IgG tests promise to reveal food sensitivities. But are they science or science-ish?


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  1. Kira B

    We tried keeping a food reaction because of severe non IgE food allergies (red cheeks/GI issues/rashes/eczema) Mainstream testing and allergists were zero help. We stumbled upon ALCAT food sensitivity test and FINALLY were able to get relief for symptoms. Allergens included black pepper and broccoli which were frequently consumed, impossible to figure out with a food diary and when removed truly brought relief to years of chronic, visible symptoms. Yes–there is not a lot of science to these alternative food tests–but sometimes they help individuals when mainstream medicine fails to bring relief or even acknowledgement of the problem. One GI doctor told me “We deal with death and disease not health and wellness.” So if your reactions are causing you to be unwell and not healthy but don’t fall into the death and disease catagory often it is outside the scope of what MDs in the US deal with. We did the ALCAT every year or so until my sons gut and immune system healed. I am truly grateful for the parent who showed me the ALCAT food allergy panel when mainstream doctors were failing us. I understand doctors reluctance to believe in these tests. But as a parent–it was very helpful to us and halted non IgE food reactions. Interesting article. Thanks for overview.

    • Nikki

      Well said Kira! My family has had similar benefits from the Alcat test.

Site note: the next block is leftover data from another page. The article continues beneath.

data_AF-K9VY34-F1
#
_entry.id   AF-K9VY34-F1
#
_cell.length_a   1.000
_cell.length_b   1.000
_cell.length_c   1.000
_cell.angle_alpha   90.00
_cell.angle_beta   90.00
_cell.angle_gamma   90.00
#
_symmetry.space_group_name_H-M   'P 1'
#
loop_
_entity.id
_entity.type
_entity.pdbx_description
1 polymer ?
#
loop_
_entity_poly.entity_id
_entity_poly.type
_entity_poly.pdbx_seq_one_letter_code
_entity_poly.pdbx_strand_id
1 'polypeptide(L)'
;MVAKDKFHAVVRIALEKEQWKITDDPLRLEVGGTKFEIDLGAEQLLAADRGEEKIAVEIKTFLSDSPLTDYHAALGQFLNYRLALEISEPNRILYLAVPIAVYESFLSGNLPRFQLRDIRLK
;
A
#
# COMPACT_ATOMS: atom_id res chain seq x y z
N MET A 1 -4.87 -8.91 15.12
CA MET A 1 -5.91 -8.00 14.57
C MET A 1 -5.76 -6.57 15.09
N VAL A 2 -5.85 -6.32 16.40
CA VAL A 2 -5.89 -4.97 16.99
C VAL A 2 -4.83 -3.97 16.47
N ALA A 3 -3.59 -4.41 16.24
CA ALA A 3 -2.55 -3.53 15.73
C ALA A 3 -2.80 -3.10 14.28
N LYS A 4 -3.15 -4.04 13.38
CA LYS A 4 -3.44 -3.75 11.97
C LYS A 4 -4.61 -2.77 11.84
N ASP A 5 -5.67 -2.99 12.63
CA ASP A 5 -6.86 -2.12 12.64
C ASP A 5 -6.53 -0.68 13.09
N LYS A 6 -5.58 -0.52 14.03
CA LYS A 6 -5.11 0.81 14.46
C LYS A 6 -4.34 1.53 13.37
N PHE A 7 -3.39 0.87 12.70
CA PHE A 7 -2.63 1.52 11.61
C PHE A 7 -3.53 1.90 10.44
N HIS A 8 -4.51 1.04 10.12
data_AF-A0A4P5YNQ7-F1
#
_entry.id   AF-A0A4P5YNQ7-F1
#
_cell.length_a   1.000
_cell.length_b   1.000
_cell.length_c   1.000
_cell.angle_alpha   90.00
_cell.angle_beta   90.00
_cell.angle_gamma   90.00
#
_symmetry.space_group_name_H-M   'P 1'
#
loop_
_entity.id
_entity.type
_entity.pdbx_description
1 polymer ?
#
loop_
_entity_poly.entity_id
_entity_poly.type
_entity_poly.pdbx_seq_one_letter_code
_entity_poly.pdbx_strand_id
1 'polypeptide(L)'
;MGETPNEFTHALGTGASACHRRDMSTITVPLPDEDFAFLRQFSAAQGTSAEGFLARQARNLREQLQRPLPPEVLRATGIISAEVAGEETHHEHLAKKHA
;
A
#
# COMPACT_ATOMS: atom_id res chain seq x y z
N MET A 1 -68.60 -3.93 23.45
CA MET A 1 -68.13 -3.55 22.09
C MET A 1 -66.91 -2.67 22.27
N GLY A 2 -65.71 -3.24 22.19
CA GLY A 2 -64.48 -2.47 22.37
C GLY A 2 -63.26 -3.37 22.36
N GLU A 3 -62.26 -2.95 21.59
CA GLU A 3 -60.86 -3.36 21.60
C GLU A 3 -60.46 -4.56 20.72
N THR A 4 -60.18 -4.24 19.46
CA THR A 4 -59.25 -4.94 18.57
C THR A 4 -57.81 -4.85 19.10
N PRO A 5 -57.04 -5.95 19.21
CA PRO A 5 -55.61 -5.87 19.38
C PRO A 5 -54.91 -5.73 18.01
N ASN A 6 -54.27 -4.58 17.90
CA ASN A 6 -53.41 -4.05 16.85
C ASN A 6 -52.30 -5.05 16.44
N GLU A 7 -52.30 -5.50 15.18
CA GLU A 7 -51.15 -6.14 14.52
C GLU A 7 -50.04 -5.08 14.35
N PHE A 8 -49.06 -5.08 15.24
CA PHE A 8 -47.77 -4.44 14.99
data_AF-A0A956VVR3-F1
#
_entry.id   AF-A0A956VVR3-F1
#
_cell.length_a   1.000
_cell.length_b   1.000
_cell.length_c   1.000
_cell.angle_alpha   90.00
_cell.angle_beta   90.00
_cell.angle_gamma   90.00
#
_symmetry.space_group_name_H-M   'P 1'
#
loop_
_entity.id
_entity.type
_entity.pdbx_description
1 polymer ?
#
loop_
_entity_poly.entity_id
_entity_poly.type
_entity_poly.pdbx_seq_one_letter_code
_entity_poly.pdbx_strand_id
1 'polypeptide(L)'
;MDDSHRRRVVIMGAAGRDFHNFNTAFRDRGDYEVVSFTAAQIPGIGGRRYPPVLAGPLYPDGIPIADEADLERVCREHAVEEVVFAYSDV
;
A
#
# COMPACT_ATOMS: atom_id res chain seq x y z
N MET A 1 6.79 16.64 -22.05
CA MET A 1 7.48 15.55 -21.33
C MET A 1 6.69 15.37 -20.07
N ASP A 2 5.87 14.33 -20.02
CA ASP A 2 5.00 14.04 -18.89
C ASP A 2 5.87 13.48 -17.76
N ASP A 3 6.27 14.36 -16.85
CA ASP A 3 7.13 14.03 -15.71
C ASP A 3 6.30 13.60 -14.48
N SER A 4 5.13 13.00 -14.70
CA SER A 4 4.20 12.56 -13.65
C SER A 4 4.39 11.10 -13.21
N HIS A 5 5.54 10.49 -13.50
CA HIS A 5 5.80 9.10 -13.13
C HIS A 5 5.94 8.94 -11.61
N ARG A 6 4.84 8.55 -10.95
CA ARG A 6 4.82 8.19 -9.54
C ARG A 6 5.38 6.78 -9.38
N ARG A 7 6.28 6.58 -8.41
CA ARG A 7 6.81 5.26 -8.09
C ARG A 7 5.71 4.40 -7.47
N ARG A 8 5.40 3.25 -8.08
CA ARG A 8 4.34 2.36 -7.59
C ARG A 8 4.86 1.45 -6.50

2. Julie Bolin

    Wow! Thank you for this article. I’m just coming off of a 21 day elimination of the foods that my IgG test said I was sensitive to. (I thought it was bogus because it contained almost every healthy food that I typically eat – like lettuce and cabbage) I wish I had done a little more research because this test was very expensive (out of pocket was $250 but they billed my insurance $5000).

    • Saskia

      Hi Julie,
      I have just been doing an elimination diet as well, IBS, and symptoms actually got worse instead of better. Did you notice a difference in your symptoms?

      Hope what ever you are dealing with gets better soon!

      Saskia

  3. Ro Fundum

    I’m on the fence about the info in this article. In some ways it makes sense. But the statement, “…… IgG may simply indicate that the food is in the diet.” does not make sense to me. I had the test done, and it came back as “highly sensitive” to whey, hemp, and kidney beans. I often did whey protein with hemp seed hearts for omega 3’s. So in that respect the above statement makes sense. But I rarely eat kidney beans….by rarely I mean maybe once a year.
    Also, my test came back as moderate sensitivity (just barely below the ‘high’ sensitivity range) to papaya & pineapple. I do not eat pineapple because I don’t like it. I ate one bite of papaya, one time several years ago. I didn’t like it either and I never eat it.
    Furthermore, many of the foods I do eat a lot of, are on my low sensitivity list. Things such as eggs (I eat them almost every day), berries (I eat daily), all nuts & seeds (I eat daily), and my favorite cheese (cheddar) which I eat often. My results showed that I could continue to eat these foods freely, they were very low on my reaction list. So it seems that the correlation is not consistent.
    Of interest, is the fact that once I got my results I immediately quit doing my whey/hemp protein drinks. Within a few days, the pain that had been in my shoulder for the last couple of years completely let up and I now have complete range of motion again. The only thing I did different was quit the whey protein (and hemp seed hearts).

    So bottom line, although this article is interesting, I cannot help but wonder if there is some valid science supporting the IGg test that is just not yet mainstream. The author of this article does make some sense, but I’m not ready to discount the clinical usefulness of the food sensitivity test.

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